Peer Health

Eating Concerns

The term “eating disorder” is very vague, suggesting simply a problem with food and with the act of eating. It suggests that there is only one “disorder,” and by doing so, that there is only one cause.

One of the most valuable lessons that can be learned about eating disorders is that there are no perfect definitions, no definite causes, and no absolute cures.

Some of the common descriptions of Anorexia Nervosa, Bulimia, compulsive eating and compulsive exercising can be found below, as well as possible effects of these disorders, and ways to help people who suffer from them.

In presenting these descriptions, it must be emphasized that they are only lists of some possible characteristics of the problems. These lists are far from complete, and a person does not need to show all of the signs listed to have a problem. Any group of symptoms that disrupts an individual’s lifestyle constitutes a problem.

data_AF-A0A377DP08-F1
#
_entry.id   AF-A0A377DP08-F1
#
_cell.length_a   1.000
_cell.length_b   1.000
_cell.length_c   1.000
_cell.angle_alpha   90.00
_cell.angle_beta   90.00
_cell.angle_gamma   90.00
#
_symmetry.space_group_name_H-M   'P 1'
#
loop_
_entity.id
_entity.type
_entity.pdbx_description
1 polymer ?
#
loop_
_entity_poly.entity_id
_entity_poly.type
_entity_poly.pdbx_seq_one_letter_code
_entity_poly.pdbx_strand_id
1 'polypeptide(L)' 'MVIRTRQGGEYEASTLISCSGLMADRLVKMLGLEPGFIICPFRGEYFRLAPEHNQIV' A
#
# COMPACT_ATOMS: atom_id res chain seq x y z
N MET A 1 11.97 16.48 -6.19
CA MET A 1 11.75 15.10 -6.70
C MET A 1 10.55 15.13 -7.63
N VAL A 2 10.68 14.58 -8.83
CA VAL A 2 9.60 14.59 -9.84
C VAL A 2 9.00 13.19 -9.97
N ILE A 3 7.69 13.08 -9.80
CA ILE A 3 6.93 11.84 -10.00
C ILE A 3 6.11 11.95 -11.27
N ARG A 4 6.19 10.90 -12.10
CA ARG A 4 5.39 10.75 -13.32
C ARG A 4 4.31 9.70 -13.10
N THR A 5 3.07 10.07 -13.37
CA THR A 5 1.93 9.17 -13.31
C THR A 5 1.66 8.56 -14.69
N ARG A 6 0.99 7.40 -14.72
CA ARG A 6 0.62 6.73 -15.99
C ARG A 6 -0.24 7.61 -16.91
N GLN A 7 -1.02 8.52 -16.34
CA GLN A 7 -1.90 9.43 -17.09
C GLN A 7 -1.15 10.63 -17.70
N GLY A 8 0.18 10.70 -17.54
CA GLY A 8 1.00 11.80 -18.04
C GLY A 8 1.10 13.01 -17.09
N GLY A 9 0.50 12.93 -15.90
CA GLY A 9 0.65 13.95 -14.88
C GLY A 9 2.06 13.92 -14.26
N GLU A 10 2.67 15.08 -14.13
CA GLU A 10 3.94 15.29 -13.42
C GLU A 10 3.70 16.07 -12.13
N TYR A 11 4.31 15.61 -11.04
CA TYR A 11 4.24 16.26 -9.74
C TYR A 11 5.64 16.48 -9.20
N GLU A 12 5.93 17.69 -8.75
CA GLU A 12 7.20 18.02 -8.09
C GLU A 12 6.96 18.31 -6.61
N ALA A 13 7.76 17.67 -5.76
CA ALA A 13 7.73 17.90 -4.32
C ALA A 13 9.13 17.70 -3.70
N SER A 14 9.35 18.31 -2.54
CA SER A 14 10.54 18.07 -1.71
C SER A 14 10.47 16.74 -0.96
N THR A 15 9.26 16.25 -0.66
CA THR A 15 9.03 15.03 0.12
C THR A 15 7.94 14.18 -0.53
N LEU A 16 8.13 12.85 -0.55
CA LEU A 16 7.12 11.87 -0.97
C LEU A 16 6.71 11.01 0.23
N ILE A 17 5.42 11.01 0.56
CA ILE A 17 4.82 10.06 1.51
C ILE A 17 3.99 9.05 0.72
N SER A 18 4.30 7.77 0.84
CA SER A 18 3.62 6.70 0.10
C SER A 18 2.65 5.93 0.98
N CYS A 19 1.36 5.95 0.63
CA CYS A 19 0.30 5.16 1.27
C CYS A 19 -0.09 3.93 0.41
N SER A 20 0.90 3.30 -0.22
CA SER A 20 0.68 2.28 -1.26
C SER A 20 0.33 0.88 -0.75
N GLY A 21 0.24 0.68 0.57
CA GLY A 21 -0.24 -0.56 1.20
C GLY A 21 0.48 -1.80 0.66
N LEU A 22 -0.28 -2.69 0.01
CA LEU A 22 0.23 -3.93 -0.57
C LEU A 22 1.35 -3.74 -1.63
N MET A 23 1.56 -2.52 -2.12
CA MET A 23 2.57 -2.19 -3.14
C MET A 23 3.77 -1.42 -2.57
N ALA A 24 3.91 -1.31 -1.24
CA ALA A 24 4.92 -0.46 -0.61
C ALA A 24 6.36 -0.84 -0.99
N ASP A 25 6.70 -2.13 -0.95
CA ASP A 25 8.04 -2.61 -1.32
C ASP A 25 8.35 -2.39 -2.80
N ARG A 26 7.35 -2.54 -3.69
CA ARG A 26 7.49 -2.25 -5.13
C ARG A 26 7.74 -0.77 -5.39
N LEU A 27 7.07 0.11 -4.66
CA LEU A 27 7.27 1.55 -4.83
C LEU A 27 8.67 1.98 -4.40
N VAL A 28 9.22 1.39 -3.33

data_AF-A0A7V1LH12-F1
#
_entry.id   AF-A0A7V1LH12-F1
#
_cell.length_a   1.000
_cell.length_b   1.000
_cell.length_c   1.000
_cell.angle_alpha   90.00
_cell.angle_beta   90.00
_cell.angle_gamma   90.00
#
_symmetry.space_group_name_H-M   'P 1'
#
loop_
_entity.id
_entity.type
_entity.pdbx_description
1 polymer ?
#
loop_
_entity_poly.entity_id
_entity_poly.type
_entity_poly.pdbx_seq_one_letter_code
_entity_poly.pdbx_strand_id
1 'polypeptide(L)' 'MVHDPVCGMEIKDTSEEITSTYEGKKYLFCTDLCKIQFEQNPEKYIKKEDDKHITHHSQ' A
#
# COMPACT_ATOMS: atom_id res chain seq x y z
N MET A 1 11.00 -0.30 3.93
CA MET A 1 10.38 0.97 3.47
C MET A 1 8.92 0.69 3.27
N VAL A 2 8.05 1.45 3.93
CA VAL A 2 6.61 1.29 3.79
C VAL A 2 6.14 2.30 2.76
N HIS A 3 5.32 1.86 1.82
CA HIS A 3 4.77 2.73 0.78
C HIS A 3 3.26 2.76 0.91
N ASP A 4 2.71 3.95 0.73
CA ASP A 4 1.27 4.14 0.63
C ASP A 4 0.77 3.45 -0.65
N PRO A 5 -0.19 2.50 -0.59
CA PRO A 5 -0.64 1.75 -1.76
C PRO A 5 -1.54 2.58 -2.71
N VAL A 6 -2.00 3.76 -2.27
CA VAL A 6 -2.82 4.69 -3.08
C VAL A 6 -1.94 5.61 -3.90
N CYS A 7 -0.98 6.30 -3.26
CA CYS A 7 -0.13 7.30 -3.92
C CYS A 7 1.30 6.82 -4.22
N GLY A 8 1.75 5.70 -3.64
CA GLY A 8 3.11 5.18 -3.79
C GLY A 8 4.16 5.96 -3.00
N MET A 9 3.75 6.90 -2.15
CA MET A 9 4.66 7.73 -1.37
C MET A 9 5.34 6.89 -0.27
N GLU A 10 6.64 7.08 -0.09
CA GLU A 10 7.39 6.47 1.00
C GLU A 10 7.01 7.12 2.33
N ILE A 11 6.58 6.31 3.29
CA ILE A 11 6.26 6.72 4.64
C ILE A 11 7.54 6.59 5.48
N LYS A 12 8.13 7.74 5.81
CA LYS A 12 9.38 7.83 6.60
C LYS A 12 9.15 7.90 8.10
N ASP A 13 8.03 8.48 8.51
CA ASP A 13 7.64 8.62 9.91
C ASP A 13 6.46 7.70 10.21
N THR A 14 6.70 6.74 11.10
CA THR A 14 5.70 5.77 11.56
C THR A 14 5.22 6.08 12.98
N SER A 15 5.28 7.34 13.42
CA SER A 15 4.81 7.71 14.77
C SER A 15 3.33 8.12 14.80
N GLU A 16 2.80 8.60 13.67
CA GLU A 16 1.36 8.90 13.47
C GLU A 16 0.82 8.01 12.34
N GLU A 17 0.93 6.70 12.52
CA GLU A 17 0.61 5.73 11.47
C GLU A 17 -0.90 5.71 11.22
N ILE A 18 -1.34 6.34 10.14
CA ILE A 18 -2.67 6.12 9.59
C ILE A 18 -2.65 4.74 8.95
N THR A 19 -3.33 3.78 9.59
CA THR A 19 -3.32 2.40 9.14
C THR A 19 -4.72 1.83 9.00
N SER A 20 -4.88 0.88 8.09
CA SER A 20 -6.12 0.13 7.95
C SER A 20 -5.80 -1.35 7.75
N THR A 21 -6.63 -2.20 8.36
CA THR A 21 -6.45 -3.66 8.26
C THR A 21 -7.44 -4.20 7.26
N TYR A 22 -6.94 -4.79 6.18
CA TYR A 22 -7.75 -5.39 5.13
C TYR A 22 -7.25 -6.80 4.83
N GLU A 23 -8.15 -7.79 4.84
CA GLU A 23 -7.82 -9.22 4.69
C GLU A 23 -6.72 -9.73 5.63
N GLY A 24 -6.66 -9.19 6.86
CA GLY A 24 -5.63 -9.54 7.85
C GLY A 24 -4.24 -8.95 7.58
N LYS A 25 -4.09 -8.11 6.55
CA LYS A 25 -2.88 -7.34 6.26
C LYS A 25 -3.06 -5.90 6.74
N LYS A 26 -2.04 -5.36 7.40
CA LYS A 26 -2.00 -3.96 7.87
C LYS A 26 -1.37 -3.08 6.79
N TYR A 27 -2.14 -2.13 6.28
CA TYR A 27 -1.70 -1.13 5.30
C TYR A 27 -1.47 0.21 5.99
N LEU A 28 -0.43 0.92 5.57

Some Ideas for Helping People with Eating Disorders

For most people, one of the most helpful steps in overcoming an eating disorder involves learning to talk to people about it. By talking to a person about their problems, you give them a person they can know will be willing to listen. While you may not be listened to immediately, your attempts will show that you do care.

Avoid power struggles over eating habits. If you are constantly watching the eating and exercise patterns of a person with an eating disorder, it is very likely that rather than changing their styles, they will simply stop eating in front of you and will try to keep their problems hidden further. Know that you may be rejected as you try to confront someone about her or his problems. This is not your fault. It takes time for most people with eating disorders to learn to talk about their problems; it is possible that they simply aren’t ready to talk. However, it is still important that they know you are concerned.

Additional support is available from Psychological Counseling Services.